If you can imagine this whole scene, then you might well agree with me that it is a pity we don’t do full immersion baptismal ceremonies any more (though I was able to do so for my niece). A few drops of water spilled over the head of a baby at the font hardly does justice to the immensity of what is being carried out during a baptism – new life, change into a whole new being, into becoming a son or daughter of God, the washing away of all previous sins, entrance into the community of salvation, the Church. Which is why perhaps people can come to dismiss their baptism as simply a rite of passage, a means to get their child into a Catholic school where they can have a good education, an excuse for a party, but nothing more. They are oblivious of what their baptism really signifies (going over their head) Which is why, I suppose, those Catholics who end up joining Pentecostal or evangelical churches, consent to being re-baptized, because they believe the lie that their previous baptism as a baby doesn’t count, doesn’t work.
Did you know that the word “baptize” means “immerse” and the original sense was of a piece of cloth being “immersed” in a bowl full of colored dye, and thereby being changed into that particular color. So in the same way, our baptism immerses us into the life of Christ, so that this life penetrates us completely and changes us into another “Christ”, in other words a Christian, and that this change is permanent. It cannot be repeated, nor can it be erased.
You cannot, theologically and factually, get de-baptized, or baptized “again.” However, the evangelicals and Pentecostals are right in this, that so often people who are baptized as infants, never grow fully into the life of a mature or full Christian. They do not seek to pursue or grow into the Christ – life, either because their parents don’t practice, don’t model what a full Christian life is, or they themselves fail to develop a life of prayer, faith and love and allow themselves to be led back up the steps of the seven deadly sins. But although their baptismal character can be hidden or tarnished, it can never be erased completey. The theologians tell us that the graces of baptism can be “bound up” because of this failure, and it is only when we come to know and accept Jesus as Lord, as Savior, and enter into a personal relationship with Him, does our baptismal anointing “come alive” and these graces are released. Suddenly our faith becomes alive and strong, our prayer becomes exciting instead of a drudgery,because now we know we are speaking to Someone, who also speaks back to us, instead of spouting words into the empty air. The Bible becomes a source of inspiration and wisdom for us, instead of empty words, Mass becomes a living experience of encounter with Jesus, rather than a dry, boring, ritual. And on, and on, and on…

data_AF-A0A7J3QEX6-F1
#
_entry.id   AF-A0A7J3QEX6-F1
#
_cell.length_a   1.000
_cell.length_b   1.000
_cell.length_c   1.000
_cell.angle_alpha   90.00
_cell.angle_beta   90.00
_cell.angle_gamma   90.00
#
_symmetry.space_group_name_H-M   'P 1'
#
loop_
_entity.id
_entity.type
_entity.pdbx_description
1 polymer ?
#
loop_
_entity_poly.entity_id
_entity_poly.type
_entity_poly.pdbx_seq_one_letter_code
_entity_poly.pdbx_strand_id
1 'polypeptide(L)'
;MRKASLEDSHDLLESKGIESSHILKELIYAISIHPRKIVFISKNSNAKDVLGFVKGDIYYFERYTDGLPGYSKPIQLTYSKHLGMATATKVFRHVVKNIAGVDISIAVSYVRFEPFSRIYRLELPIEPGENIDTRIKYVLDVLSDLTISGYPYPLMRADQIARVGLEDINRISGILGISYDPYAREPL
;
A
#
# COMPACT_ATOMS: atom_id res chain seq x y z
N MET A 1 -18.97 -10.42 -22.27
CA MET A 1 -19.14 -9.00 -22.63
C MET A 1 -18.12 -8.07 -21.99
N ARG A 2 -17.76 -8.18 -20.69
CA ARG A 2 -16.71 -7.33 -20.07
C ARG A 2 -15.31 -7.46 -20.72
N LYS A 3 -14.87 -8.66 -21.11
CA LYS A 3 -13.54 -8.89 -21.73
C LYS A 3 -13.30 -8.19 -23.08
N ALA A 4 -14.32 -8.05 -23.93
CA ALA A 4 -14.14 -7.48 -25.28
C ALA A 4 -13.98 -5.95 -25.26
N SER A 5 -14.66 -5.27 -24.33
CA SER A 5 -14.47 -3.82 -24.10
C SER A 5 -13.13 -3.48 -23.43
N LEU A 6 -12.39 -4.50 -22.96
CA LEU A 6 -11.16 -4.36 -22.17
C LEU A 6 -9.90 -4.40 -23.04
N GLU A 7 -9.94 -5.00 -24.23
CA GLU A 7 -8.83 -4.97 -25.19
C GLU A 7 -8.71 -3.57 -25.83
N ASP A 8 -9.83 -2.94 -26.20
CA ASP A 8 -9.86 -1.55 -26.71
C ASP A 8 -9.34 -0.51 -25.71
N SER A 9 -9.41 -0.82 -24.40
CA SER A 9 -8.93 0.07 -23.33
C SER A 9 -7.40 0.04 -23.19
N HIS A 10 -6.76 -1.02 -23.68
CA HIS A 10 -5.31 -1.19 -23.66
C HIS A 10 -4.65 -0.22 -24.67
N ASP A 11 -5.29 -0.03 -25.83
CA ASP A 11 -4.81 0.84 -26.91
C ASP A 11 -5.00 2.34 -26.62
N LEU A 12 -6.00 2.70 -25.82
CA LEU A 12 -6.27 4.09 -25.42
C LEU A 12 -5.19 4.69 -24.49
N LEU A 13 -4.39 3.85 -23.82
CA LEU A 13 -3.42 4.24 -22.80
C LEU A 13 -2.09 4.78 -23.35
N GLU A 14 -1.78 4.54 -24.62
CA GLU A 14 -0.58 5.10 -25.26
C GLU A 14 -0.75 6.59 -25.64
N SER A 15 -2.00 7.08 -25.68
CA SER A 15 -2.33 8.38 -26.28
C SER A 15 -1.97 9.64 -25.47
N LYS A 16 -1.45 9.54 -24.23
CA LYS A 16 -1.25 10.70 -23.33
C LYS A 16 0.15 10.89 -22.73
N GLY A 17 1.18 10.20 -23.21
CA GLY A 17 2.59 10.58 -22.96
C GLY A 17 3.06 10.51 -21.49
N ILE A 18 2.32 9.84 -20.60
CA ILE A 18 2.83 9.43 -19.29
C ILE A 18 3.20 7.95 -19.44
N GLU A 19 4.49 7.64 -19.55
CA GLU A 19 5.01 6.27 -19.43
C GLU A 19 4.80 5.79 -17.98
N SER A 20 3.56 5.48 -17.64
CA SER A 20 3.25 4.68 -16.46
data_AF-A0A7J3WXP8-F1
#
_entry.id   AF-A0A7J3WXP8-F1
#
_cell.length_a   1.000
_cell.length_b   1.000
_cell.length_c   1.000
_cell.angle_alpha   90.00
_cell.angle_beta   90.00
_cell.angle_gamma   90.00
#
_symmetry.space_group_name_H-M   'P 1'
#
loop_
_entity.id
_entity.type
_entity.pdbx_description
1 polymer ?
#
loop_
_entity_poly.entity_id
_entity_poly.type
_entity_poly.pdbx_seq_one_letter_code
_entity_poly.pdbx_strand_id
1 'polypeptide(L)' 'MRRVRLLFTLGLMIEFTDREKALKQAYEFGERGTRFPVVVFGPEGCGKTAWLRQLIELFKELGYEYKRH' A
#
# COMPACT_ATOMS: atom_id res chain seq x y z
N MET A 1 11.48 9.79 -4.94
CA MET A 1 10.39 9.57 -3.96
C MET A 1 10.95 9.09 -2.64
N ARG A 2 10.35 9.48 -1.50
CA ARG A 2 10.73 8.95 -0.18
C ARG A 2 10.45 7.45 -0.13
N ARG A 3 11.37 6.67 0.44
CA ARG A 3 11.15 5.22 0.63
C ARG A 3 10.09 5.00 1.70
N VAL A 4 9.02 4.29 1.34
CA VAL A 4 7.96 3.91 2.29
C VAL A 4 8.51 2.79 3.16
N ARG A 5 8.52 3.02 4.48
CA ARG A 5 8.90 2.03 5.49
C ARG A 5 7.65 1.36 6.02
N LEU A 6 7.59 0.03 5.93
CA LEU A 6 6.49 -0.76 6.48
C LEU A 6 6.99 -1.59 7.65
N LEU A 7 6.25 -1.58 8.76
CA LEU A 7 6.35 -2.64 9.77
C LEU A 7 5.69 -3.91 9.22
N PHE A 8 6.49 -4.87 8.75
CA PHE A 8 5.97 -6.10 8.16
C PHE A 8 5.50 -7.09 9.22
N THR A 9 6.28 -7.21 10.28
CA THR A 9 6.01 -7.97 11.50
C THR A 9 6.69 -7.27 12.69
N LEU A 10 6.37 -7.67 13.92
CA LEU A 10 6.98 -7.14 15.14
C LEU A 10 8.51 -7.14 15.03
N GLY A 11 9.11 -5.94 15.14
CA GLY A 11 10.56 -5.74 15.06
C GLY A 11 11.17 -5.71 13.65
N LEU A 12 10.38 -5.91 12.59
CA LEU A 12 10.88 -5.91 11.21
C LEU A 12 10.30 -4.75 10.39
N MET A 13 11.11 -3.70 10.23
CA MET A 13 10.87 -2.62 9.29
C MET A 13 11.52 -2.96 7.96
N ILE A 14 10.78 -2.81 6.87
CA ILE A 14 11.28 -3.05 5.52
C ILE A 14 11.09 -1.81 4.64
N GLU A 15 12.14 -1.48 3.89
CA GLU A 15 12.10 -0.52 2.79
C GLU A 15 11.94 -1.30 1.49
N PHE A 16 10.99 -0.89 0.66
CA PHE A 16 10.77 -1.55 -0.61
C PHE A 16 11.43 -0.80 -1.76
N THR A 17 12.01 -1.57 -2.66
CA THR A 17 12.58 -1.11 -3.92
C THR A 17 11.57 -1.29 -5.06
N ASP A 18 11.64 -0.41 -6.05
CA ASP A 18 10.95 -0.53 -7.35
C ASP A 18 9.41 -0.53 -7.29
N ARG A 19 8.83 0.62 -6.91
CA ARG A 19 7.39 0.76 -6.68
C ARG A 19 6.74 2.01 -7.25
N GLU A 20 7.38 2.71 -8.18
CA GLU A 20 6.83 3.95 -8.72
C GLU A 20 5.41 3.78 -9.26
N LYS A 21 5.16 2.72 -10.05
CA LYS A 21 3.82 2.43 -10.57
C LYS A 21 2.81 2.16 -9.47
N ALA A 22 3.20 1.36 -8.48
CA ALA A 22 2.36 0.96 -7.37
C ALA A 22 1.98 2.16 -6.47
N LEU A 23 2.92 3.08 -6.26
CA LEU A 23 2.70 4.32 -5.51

There is so much more to all this than many of us realize.
Did you know that the early church used to give a little milk and wine to the one being baptized, to symbolize the richness and sweetness of the new life of baptism, following on from the words of our first reading today, which expresses the abundance of joy and blessing which God wants to pour out on us, and which he does indeed pour out on us at baptism, would we but know it? The prophet Isaiah says in our first reading,
“Come, buy wine and milk, without money and without price. Why do you spend your money for that which is not bread, and your labour for that which does not satisfy?”
In other words, why do you spend so much time and money seeking false delights, counterfeit pleasures, which leave you empty and depressed and pass so quickly, when you can have, for nothing, an abundance of joy and peace which comes from a fully surrendered life with Jesus, who came, as he says in
“To bring us life, and life to the full.”John 10 : 10
Did you know that up until fairly recently, a person being baptized used to have a piece of salt placed on their tongue, signifying that they were meant to be, in Jesus’ own words,
“the salt of the earth”Matthew 5 : 13
In other words, we are meant to make a difference to the world we are born into, a difference for good. You know, I can’t help feeling that, if we were to recover some of these lost symbolic actions and put them back into the baptismal ceremony, there might be better chance for people to understand and appreciate the incredible nature of what our baptism does for us , does in us, or should do, if we were to take hold of our new life in Christ, and live it to the full, in other words, in the words of our first reading again,
“if we were to forsake our sinful ways, and abandon our unrighteous thoughts, and return to the Lord, and ask him to have mercy on us, for he will abundantly pardon.”
Then all the wonderful graces of our baptism would be released and we can enter into the abundance of life that God has always wanted us to experience.
If this is something you would want to experience for yourself, I invite you brothers and sisters, to join with me in this prayer for our baptism to come alive…